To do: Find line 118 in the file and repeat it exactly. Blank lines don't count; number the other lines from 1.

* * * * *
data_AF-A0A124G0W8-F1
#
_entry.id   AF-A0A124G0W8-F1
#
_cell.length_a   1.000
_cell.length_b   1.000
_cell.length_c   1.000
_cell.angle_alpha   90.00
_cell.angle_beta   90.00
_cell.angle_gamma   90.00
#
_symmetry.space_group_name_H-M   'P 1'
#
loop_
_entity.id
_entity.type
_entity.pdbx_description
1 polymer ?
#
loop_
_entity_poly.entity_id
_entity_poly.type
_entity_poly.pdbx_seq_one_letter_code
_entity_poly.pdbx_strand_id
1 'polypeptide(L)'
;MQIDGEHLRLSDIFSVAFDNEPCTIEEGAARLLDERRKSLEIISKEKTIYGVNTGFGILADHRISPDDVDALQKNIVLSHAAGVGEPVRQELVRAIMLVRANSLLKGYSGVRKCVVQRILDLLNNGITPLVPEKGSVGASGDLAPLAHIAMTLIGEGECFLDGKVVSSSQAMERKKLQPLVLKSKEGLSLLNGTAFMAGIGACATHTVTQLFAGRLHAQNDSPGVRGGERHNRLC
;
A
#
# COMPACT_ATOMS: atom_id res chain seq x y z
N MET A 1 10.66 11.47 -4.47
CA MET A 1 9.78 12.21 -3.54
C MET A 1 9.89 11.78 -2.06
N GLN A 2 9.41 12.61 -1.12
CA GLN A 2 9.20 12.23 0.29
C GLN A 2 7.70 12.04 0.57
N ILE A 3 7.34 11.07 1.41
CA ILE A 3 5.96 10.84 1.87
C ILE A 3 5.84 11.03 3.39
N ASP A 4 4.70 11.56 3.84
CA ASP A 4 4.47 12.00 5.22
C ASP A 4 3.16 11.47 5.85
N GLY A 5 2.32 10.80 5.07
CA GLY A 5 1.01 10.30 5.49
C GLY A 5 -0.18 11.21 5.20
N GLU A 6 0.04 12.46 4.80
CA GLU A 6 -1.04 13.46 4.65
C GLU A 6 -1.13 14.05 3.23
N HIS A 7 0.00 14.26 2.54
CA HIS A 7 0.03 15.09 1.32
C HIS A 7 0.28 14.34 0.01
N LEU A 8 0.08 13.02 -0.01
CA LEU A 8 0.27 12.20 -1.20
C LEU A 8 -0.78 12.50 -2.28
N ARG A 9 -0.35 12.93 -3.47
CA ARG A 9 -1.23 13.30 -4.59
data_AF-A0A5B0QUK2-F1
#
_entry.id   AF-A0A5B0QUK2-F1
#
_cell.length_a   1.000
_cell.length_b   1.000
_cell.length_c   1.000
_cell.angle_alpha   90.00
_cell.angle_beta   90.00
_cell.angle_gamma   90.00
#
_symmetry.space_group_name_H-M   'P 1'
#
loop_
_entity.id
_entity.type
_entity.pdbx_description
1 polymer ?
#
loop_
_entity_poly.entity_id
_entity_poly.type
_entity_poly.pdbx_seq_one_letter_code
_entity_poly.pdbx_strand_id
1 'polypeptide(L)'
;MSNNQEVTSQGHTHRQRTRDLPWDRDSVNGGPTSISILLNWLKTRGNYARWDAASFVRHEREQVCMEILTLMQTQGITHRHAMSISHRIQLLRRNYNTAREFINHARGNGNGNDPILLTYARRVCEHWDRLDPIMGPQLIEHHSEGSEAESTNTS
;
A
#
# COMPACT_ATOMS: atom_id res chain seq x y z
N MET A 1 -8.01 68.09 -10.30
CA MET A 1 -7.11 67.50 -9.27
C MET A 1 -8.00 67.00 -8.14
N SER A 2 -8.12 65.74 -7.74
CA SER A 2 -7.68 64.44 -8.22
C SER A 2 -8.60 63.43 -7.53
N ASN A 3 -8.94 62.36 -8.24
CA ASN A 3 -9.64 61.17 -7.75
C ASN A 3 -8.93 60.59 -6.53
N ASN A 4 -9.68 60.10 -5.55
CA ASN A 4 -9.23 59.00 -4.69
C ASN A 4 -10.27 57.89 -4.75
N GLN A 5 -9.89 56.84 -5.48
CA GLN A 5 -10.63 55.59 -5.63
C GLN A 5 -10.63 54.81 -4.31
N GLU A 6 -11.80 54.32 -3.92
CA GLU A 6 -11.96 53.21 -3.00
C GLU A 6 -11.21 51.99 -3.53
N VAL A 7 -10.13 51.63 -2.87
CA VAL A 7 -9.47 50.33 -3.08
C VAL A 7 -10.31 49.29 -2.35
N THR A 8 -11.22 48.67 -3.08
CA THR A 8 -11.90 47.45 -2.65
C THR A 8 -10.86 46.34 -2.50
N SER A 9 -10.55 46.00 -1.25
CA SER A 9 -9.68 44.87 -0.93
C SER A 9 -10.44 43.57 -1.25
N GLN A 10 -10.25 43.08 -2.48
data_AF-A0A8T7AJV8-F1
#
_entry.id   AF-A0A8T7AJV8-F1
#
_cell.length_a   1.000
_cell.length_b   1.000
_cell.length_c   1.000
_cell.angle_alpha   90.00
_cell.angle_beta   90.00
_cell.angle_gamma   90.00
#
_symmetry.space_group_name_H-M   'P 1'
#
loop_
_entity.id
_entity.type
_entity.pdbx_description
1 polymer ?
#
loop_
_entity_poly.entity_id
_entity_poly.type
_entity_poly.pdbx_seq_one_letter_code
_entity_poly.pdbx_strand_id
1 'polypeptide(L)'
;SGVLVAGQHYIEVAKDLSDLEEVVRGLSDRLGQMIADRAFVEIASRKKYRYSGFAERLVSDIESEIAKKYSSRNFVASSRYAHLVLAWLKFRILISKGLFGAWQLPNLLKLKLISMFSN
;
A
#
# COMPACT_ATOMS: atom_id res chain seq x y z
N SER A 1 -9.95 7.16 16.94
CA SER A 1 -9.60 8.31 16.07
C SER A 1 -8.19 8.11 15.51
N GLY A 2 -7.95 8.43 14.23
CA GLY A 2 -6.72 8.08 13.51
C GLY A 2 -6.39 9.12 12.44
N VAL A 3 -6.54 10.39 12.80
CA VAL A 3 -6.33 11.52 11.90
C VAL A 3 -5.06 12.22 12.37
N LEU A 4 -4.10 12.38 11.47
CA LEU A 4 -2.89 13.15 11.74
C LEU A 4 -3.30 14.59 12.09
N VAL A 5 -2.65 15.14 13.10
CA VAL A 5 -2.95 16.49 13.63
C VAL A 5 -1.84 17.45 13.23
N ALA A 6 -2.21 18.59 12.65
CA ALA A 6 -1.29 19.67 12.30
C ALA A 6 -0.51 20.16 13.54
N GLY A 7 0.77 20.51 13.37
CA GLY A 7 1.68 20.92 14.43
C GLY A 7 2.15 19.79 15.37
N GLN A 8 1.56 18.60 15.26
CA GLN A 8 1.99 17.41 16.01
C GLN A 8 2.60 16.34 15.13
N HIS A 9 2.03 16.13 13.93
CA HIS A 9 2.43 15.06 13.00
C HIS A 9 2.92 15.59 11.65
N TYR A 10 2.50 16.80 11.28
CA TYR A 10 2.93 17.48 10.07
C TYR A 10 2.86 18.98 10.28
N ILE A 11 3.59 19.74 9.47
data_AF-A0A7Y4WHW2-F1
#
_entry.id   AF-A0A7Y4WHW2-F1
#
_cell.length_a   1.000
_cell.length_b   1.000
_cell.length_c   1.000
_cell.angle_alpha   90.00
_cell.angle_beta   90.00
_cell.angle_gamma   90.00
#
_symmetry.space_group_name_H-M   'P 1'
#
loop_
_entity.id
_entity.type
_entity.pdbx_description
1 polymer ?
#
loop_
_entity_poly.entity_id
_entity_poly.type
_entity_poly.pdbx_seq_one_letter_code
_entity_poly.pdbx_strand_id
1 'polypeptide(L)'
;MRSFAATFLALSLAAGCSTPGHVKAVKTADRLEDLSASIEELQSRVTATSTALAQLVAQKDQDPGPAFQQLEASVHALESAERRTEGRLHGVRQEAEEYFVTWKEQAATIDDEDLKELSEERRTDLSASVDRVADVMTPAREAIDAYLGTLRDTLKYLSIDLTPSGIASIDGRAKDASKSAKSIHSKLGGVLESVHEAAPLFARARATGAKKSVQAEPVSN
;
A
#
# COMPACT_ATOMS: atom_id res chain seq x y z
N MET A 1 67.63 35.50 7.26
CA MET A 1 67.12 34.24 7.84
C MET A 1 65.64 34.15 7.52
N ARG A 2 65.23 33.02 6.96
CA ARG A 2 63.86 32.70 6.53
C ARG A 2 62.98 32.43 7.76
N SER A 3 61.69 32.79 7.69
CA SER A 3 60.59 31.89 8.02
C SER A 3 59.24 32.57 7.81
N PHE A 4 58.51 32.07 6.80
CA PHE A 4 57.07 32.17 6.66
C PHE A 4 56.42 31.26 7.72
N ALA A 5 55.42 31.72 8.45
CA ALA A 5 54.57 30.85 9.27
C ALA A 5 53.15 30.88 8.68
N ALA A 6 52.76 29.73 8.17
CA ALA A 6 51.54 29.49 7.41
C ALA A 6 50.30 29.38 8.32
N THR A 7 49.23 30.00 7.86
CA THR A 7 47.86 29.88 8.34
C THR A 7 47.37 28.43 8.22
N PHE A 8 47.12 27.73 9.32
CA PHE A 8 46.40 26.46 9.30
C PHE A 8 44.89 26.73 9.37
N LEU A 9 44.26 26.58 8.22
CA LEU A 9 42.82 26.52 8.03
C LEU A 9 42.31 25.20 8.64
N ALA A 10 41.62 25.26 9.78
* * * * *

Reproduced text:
#